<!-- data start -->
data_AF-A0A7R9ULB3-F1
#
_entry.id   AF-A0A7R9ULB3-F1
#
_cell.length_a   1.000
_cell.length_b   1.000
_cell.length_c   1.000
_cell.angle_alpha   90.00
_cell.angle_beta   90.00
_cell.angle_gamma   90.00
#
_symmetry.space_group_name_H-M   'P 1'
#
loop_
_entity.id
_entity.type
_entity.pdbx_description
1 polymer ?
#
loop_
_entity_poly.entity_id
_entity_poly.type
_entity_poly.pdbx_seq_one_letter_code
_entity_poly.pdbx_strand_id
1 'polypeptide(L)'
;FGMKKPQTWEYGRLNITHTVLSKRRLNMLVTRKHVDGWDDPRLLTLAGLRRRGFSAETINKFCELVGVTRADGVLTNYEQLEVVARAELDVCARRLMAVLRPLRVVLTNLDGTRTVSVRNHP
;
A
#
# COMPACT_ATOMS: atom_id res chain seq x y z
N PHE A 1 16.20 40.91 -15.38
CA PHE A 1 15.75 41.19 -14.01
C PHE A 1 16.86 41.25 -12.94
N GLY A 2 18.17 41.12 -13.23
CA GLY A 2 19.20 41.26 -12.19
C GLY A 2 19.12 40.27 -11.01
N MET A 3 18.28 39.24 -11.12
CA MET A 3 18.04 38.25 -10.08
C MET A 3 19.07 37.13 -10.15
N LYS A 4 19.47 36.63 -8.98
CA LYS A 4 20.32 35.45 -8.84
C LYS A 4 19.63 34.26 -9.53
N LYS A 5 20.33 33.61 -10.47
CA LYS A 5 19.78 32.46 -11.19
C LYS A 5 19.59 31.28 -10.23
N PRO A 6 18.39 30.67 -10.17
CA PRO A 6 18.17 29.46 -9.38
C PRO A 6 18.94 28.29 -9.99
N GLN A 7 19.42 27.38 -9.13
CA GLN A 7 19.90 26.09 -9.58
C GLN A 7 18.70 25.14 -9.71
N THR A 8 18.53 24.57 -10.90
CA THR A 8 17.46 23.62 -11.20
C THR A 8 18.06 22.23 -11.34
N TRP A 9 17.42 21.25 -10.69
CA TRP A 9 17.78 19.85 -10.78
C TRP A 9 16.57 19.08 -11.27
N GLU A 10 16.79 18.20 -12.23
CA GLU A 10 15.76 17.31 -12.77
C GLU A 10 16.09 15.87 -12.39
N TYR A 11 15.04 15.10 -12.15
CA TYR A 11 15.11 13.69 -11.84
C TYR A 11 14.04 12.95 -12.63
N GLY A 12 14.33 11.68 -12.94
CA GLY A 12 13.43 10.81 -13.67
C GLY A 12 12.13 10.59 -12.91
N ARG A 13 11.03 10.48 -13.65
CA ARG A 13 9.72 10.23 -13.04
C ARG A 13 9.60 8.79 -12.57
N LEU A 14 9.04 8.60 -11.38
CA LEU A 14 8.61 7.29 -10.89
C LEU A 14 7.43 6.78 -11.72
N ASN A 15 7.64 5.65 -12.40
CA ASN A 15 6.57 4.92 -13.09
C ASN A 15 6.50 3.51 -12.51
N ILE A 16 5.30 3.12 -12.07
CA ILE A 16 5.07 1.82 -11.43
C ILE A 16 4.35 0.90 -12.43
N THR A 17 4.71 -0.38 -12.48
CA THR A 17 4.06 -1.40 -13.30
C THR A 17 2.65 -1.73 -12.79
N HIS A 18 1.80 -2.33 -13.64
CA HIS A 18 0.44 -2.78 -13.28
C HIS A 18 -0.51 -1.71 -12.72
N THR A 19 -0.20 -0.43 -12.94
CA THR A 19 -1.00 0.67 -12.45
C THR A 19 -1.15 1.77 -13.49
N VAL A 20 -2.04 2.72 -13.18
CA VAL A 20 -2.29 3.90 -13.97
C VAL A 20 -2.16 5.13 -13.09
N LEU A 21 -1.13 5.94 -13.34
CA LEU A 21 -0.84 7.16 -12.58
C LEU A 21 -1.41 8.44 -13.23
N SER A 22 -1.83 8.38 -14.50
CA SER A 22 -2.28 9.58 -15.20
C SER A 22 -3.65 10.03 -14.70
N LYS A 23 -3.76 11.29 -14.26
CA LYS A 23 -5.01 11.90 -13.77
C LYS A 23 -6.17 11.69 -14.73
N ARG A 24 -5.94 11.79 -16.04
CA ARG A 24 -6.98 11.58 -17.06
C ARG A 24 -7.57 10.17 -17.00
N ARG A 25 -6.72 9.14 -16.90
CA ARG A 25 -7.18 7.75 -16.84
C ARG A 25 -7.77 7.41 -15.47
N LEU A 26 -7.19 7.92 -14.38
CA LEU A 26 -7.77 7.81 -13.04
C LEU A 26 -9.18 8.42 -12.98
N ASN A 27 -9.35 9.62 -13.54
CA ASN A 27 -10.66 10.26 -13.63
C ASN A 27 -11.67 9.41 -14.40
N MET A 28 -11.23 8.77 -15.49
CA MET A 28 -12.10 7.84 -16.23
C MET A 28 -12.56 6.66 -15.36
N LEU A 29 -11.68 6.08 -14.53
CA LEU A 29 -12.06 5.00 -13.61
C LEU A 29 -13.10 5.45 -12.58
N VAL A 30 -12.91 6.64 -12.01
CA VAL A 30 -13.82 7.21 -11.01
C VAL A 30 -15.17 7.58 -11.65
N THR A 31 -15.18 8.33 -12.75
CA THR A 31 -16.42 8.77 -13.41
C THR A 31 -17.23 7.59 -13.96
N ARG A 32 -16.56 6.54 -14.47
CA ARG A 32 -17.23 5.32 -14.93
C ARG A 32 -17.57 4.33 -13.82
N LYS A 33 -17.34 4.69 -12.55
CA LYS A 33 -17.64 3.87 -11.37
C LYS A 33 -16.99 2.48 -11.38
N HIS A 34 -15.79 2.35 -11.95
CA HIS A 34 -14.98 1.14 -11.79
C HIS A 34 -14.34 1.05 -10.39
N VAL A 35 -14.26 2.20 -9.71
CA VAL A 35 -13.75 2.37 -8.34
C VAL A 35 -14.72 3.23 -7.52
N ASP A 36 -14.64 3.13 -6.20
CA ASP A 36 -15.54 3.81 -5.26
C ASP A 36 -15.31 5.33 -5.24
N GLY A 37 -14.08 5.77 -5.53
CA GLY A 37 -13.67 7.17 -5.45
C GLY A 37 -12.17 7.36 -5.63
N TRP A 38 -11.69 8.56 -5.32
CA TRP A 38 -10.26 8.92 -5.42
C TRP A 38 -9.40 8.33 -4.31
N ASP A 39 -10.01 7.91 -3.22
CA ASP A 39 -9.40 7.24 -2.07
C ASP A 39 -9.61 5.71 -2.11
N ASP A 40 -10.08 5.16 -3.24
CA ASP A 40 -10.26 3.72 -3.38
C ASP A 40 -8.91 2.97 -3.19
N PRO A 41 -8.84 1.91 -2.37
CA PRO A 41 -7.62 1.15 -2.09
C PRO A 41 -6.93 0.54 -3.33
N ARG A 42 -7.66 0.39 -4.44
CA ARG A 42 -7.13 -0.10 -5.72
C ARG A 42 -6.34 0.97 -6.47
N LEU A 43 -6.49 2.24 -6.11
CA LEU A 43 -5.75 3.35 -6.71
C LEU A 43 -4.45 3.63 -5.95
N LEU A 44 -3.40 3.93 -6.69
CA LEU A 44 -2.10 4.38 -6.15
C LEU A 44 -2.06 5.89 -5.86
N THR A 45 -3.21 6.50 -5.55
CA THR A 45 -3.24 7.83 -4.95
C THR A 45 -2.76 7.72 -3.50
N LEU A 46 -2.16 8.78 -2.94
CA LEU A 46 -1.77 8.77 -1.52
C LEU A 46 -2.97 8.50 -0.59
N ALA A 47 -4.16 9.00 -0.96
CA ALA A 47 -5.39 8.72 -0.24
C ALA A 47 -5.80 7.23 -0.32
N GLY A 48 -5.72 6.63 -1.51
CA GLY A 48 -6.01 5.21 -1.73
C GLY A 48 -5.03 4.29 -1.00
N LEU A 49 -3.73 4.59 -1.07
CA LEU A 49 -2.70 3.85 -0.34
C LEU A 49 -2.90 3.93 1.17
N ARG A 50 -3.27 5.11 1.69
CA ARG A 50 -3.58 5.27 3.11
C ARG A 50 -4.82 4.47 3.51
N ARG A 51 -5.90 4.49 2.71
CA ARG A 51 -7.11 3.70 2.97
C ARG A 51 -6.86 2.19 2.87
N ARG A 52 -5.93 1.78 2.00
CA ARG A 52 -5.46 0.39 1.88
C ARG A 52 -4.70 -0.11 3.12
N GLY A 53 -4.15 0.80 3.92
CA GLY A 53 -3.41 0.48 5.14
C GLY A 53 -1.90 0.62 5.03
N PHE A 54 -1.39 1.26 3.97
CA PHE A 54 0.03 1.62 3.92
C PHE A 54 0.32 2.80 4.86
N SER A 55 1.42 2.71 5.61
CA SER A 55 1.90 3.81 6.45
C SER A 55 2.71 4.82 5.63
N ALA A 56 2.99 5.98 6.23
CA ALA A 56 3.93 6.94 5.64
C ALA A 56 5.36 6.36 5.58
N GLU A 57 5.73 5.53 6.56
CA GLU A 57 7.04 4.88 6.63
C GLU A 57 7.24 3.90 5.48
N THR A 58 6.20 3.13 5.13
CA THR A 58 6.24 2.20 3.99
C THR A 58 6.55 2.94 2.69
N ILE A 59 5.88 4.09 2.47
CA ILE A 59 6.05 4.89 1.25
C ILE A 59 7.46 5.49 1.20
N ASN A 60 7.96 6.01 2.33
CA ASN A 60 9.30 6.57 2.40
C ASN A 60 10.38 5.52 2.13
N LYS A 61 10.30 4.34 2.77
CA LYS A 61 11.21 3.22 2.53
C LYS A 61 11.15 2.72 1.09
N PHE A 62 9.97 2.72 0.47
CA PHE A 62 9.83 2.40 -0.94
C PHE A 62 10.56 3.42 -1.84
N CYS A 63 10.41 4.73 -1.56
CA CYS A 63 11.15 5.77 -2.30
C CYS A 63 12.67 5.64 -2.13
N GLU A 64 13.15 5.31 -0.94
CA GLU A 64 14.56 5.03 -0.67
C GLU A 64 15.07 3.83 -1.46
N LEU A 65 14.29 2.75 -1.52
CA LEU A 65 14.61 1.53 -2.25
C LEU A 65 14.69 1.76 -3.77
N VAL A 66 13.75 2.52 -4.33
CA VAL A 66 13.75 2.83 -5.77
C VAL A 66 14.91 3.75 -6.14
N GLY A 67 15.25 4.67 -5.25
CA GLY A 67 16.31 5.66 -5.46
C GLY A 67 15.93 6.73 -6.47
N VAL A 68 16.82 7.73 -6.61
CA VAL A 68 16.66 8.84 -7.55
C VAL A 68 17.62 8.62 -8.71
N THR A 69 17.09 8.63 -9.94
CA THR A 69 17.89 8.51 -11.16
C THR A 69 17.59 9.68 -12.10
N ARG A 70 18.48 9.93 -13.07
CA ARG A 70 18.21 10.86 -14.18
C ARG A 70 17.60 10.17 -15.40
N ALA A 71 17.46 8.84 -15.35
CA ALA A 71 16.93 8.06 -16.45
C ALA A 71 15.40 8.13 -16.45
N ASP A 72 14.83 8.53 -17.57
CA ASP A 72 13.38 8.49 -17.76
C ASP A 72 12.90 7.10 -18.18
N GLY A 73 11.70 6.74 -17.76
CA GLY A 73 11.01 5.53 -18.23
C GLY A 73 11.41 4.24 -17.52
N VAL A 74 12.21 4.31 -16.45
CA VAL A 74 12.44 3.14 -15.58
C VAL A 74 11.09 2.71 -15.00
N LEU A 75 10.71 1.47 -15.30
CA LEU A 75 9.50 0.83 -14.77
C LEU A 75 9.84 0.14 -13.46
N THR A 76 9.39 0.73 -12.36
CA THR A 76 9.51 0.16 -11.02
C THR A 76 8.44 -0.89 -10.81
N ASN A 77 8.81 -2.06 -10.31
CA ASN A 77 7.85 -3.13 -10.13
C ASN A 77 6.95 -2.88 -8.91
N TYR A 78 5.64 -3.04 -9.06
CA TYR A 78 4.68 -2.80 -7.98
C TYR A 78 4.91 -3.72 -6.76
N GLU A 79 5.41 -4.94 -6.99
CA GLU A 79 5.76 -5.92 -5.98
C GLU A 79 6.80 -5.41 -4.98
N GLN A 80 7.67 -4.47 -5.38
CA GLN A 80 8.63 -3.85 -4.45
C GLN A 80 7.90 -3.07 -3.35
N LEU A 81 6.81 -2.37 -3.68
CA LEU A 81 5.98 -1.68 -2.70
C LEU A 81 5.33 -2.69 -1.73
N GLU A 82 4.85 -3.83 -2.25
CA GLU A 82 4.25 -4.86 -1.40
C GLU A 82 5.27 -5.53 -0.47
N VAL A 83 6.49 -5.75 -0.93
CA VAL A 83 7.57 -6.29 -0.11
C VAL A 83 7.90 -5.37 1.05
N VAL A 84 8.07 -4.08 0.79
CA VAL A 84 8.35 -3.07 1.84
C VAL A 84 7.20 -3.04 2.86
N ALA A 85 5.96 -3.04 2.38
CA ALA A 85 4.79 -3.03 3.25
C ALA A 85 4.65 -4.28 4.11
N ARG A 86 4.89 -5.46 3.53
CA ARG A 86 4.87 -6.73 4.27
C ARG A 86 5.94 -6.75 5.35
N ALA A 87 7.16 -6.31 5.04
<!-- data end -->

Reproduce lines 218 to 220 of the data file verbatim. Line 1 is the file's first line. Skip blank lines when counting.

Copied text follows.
CA CYS A 63 11.15 5.77 -2.30
C CYS A 63 12.67 5.64 -2.13
N GLU A 64 13.15 5.31 -0.94